Three things you can do now to plan for a hybrid work model
People have grown fond of working from home. A recent study offers some telling statistics:
- 95% of people feel their productivity has been the same or higher working from home
- 73% say they have a better work-life balance working from home
- (And 79% of those people cite lack of commuting as the main reason their lives are better)
- 65% want to become full-time remote employees post-pandemic; 31% would like some sort of hybrid arrangement
- 27% of workers are willing to take a 10% – 20% pay cut to continue their remote arrangement
- 81% of respondents say they would be more loyal to their employer if they had more flexible work options.
These statistics represent a major cultural shift in the workplace. The shift has critical implications for not only how you retain people, but how you hire them.
Against this backdrop, let’s look at three things you can do to plan for the inevitable: the hybrid work model.
1. Familiarize yourself with the variations of the hybrid model available
Knowing more about the options available to you and your team is the first step in the process. We’ve broken them down for you here:
- Remote-first: Business operations will function like a remote organization. Downsizing offices, using office space differently, and relying on mostly virtual communication characterize this variation. In this approach, colleagues may see each other in person only once or twice a year.
- Office-occasional: Like it sounds, employees may come in occasionally each week. This may be a popular choice for a lot of businesses, especially SMBs that have relaxed policies around where their employees work. Leaders can be as loose or prescribed with this model. Office space is used for working autonomously and for collaboration.
- Office-first, remote-allowed: The last variation that was widely used even before COVID-19. In this approach, the office is the main designated work area. The remote work policy may be implemented but not highly favored by management, especially if they are working in the office themselves.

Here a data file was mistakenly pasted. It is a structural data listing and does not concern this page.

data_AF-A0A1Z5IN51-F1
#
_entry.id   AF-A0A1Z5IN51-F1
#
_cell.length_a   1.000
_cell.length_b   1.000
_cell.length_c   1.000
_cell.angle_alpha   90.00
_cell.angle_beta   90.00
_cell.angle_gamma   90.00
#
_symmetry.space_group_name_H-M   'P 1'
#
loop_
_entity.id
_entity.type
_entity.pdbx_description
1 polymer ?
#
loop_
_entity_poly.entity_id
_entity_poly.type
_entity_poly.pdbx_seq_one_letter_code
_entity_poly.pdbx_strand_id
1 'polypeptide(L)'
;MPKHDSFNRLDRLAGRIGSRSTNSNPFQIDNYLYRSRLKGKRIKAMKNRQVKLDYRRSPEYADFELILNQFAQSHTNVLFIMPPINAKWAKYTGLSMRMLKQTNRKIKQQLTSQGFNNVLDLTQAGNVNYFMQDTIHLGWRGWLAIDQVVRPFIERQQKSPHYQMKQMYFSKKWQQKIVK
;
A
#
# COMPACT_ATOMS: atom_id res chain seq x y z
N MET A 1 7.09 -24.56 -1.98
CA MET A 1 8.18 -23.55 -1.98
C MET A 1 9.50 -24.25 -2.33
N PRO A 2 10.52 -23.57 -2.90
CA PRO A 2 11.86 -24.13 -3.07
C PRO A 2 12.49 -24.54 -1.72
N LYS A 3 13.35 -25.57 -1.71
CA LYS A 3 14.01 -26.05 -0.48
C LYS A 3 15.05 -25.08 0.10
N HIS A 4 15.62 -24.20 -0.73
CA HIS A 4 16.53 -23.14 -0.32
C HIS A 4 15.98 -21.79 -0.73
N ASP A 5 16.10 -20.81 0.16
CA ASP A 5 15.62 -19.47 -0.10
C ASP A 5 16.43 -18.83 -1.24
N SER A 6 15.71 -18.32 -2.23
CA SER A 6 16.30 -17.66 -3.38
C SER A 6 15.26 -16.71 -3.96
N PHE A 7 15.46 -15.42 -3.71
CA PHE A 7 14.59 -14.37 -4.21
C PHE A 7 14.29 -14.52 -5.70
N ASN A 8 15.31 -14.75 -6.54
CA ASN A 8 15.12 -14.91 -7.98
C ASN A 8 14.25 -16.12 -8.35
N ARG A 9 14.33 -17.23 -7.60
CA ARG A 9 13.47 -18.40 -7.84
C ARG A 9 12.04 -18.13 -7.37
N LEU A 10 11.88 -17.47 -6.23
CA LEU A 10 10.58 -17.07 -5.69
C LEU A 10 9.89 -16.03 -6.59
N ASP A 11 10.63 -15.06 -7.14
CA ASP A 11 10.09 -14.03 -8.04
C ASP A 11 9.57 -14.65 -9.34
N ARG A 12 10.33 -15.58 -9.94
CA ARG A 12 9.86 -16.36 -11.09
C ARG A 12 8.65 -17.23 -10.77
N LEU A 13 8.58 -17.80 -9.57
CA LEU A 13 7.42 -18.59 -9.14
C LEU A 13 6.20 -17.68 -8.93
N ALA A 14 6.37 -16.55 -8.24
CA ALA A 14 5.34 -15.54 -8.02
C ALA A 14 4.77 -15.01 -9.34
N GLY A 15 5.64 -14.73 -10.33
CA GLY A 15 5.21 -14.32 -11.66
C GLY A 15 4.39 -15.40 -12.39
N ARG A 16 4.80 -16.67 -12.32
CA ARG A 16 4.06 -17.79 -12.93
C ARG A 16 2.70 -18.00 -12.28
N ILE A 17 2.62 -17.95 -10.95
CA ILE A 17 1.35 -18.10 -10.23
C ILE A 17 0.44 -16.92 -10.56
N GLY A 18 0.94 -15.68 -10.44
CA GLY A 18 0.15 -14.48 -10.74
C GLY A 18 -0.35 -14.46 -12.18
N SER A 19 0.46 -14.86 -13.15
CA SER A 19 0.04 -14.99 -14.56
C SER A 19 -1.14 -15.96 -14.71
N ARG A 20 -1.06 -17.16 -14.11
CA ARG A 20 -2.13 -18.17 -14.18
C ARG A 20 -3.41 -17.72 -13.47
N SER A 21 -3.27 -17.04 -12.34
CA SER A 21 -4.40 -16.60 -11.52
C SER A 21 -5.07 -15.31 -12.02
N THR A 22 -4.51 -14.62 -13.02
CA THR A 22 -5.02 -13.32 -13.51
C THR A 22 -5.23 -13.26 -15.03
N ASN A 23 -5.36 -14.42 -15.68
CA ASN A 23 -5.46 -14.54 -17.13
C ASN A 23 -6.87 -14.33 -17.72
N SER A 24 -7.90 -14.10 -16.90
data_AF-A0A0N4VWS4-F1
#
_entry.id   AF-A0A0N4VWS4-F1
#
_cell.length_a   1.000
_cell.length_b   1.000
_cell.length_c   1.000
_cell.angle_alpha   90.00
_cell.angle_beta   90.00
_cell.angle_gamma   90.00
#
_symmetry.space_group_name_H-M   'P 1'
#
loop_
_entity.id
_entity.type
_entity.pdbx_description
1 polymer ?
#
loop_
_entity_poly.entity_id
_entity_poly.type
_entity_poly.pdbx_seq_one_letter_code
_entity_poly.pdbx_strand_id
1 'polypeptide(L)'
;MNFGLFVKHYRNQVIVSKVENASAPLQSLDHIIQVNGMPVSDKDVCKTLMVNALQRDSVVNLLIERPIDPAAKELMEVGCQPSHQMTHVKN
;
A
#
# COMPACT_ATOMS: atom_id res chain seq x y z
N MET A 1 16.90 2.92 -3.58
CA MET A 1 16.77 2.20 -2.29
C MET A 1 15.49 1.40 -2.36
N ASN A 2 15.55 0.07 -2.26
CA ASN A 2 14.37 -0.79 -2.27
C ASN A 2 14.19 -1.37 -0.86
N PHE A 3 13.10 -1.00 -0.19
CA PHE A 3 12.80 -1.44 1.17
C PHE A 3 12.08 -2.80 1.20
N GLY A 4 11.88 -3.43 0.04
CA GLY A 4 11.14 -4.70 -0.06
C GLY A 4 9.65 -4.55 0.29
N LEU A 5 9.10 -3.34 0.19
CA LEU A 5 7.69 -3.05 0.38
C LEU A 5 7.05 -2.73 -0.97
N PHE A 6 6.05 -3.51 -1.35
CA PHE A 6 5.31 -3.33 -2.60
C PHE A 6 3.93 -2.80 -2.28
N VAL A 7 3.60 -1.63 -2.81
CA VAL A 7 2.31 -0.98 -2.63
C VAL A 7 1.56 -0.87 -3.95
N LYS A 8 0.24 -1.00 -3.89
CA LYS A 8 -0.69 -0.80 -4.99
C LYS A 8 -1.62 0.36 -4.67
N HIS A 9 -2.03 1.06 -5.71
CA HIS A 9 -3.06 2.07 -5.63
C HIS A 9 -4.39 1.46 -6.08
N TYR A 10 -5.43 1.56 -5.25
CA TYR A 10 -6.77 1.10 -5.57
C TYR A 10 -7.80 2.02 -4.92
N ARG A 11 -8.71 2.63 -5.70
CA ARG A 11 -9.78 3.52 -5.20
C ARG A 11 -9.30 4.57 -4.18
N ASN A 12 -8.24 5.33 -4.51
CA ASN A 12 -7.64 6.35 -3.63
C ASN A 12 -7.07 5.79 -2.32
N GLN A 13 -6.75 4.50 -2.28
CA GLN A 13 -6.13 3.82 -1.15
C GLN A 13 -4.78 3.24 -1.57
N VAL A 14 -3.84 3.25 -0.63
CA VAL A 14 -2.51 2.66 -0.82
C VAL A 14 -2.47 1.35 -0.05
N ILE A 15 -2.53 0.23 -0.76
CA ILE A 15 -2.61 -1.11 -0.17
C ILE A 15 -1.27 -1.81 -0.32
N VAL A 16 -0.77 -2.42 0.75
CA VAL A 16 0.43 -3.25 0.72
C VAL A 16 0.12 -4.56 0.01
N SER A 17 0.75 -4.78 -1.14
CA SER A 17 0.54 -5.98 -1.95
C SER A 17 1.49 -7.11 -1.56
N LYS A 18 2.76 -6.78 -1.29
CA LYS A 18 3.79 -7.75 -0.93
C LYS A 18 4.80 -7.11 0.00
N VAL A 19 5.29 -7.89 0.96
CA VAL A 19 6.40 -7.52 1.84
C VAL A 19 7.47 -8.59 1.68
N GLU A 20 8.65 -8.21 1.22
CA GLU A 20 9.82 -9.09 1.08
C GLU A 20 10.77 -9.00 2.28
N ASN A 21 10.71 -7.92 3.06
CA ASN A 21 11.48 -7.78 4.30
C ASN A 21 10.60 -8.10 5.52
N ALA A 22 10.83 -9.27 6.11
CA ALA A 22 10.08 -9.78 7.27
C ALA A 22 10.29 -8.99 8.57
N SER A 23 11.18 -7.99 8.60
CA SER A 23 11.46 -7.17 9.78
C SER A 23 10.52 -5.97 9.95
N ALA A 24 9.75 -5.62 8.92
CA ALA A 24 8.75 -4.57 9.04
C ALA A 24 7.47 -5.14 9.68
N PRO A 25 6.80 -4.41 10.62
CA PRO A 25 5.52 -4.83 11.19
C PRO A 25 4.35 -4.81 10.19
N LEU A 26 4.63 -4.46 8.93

2. Conduct a pulse survey with your team to gain valuable employee feedback
Gathering employee feedback is critical. Pulse surveys capture real-time feedback on your policies. For success, it is important to capture feedback frequently (especially if feelings and viewpoints can change), share results with the team, and take action according to employee feedback.
If your organization is planning to re-open offices or is beginning to gather feedback on workplace preferences, here are some questions that can help shape the structure your hybrid model takes:
- Based on what you know now, and given your position/role/responsibilities, if provided flexibility, how many days would you expect to work in the office per week?
- When we can safely return to the office, which arrangement do you prefer?
- I am confident my manager will support a flexible / hybrid work policy.
- Are there any accommodations that we could make so that you feel more at ease being in the office?
Once you’ve collected employee feedback, decide which variation works best for teams and individuals.
3. Strategize on how you are going to offer consistent employee experience accordingly
As much as possible, organizations should try to give remote and in-office employees the same experience, offering equal and individual benefits for all employees.
There are a few things to be aware of when considering the unique experiences of your employees:
- Remote employees can feel disconnected, miss out on perks like lunches, company happy hours, etc. Plan to help them feel included in the workplace by offering virtual options as well as in-office events.
- On-site employees can receive preferential treatment, faster promotions, and lots of facetime with management and leadership, creating deeper relationships. Make sure that you are considering your remote talent and fostering your relationships with them as well.
Adjusting your benefit offerings for employees on-site and remote is important to show the team that no matter where they work, they’re appreciated.
Consider giving your remote team a similar experience to the in-office team by:
- Adding a lunch budget
- Sending out birthday cards
- Hosting virtual mixers
- Having weekly 1-on-1 time with managers
Strong, consistent, multi-channel communications have never been more important. Even in the best times, employee survey results often show low marks on questions about the frequency and effectiveness of ‘Leadership Communications.’ The challenge is only magnified when some people are in the office, having hallway/breakroom discussions, while others are at home, missing these chance encounters. Your job is to ensure that the most important ideas and policies are communicated to everyone.
Regardless of the office model you choose – even if it’s the same model you used before the pandemic – the culture of your company has been altered. You will have new and unique challenges. We understand this. Our recruiting approach is the best at marrying employees to the culture of your company. Accountants One is here to serve you.